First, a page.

We’re delighted to announce the appointment of the new editor of theMind & Cognitive Sciencesection of Philosophy Compass, Michelle Montague, taking over from Tim Bayne. A hearty welcome to Michelle and our thanks to Tim for his sterling work!
Michelle is an Associate Professor of Philosophy at the University of Texas, Austin and a Senior Lecturer at the University of Bristol, UK. Her primary interests are philosophy of mind, philosophy of language and metaphysics; recent publications include “The phenomenology of particularity” (2011) in T. Bayne and M. Montague (eds) Cognitive Phenomenology; “Recent work on Intentionality” (2011) in Analysis; “The Logic, Intentionality, and Phenomenology of Emotion” (2009) in Philosophical Studies; and“Against Propositionalism” (2007) in Nous. She is currently working on a book on mental content, with particular reference to the relationship between intentionality and phenomenology.
We’re delighted to announce the appointment of the new editor of theNaturalistic Philosophysection of Philosophy Compass, Edouard Machery.
Edouard is Associate Professor in the Department of History and Philosophy of Science at the University of Pittsburgh, a Fellow of the Center for Philosophy of Science at the University of Pittsburgh, and a member of the Center for the Neural Basis of Cognition (Pittsburgh-CMU). His research focuses on the philosophical issues raised by psychology and cognitive neuroscience with a special interest in concepts, moral psychology, the relevance of evolutionary biology for understanding cognition, modularity, the nature, origins, and ethical significance of prejudiced cognition, and the methods of psychology and cognitive neuroscience. He has published more than 60 articles and chapters on these topics in venues such as Analysis, Behavioral and Brain Sciences, The British Journal for the Philosophy of Science, Cognition, Mind & Language, Philosophical Transactions of the Royal Society, Philosophical Studies,Philosophy and Phenomenological Research, and Philosophy of Science. He is the author of Doing without Concepts (OUP, 2009), and he has been an associate editor of The European Journal for Philosophy of Science since 2009. He is also involved in the development of experimental philosophy, having published several noted articles in this field.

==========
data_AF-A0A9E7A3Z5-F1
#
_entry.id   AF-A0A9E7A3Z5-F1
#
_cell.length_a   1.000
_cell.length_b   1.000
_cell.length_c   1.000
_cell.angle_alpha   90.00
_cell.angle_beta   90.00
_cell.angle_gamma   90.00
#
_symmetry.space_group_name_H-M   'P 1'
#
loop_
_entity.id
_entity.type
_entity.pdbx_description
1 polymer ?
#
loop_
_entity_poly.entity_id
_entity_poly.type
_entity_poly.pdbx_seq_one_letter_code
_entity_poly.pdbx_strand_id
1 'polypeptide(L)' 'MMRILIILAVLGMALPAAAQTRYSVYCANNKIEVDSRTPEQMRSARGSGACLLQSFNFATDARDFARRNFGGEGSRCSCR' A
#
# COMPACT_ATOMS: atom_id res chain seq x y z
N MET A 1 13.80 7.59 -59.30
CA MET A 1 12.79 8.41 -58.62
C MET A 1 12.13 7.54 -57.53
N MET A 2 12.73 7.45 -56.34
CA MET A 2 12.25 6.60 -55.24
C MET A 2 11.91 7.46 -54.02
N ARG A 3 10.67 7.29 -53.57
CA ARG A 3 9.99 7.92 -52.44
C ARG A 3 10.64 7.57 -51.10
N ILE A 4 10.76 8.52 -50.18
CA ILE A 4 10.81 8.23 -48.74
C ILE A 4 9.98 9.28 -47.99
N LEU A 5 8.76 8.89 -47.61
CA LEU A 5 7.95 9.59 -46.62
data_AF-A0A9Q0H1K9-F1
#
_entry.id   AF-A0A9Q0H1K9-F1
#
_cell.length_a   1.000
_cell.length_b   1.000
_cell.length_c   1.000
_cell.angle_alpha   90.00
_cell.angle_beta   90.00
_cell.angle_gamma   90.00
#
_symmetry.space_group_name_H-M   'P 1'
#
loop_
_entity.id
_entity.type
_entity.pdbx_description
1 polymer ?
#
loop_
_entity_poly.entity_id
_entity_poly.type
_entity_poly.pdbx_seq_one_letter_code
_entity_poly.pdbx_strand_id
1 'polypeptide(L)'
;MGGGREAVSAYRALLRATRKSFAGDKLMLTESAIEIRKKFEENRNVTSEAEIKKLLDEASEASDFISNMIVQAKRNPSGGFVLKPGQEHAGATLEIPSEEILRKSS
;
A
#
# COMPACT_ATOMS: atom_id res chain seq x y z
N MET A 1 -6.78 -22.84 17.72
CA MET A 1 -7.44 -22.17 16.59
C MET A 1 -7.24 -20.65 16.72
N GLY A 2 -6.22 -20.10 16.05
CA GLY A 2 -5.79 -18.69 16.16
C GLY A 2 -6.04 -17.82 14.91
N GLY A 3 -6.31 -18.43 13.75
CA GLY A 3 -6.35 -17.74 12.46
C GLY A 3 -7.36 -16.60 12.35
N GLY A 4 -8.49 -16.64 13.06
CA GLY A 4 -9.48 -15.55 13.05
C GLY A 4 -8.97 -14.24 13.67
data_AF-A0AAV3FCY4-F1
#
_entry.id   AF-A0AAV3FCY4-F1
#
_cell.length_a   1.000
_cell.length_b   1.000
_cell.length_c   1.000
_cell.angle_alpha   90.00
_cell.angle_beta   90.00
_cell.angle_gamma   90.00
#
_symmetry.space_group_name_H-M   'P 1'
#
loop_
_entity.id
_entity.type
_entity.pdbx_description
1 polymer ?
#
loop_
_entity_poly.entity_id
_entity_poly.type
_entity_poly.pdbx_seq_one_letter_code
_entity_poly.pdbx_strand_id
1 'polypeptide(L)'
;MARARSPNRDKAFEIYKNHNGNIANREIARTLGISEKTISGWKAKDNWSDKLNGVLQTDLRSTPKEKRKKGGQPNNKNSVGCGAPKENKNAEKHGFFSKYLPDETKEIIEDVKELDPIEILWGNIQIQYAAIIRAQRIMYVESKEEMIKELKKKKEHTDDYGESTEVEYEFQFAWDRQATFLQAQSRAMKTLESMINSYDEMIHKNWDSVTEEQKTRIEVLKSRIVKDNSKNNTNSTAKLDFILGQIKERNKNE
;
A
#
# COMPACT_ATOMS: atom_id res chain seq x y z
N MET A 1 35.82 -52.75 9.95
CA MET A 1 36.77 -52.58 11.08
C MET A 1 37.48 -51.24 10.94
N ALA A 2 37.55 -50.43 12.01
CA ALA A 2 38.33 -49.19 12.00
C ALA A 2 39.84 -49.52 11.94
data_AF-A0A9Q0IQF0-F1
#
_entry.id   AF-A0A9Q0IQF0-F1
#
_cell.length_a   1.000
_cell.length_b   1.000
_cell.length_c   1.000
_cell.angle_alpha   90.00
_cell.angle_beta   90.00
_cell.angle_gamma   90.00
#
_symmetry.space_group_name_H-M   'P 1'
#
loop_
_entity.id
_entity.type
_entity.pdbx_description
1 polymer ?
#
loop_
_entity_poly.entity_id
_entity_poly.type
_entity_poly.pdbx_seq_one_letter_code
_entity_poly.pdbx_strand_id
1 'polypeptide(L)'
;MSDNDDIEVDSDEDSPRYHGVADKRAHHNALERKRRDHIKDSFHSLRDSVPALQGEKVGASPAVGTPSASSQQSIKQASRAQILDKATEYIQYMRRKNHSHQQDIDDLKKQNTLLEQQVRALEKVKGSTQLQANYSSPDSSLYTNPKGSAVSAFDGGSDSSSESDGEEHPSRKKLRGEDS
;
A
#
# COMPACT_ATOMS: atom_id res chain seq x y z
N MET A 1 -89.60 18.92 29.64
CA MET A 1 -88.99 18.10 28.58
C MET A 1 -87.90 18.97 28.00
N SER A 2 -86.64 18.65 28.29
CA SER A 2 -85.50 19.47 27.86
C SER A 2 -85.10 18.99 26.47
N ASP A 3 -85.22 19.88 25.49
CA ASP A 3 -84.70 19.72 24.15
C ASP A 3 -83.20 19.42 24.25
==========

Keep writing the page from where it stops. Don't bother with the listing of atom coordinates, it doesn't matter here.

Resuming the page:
Recent neurobiological research has shown that viewing art stimulates the brain in a way that mirrors the experience of romantic love. The study, conducted by Semir Zeki, Professor of Neuroaesthetics at University College London, scanned and mapped the brains of participants who had been asked to look at a variety of paintings from such artists as Botticelli, Turner, Monet and Cezanne. It was found that experiencing art releases into the orbito-frontal cortex of the brain a significant quantity of the neurotransmitter dopamine, a biochemical associated with love, happiness and sociability, as well as drug use and certain psychological disorders.
The result comes at an ideal time for the art world in Britain, which has felt itself to be targeted by the extensive cuts in public spending. The correlation between aesthetic experience and happiness gives extra leverage in justifying the arts according to standards of public interest, a justification which normally consists in pointing out the economic benefits of the revenue which art institutions can generate. Speaking to the Sunday Telegraph, Stephen Deuchar, director of the arts charity Art Fund, said: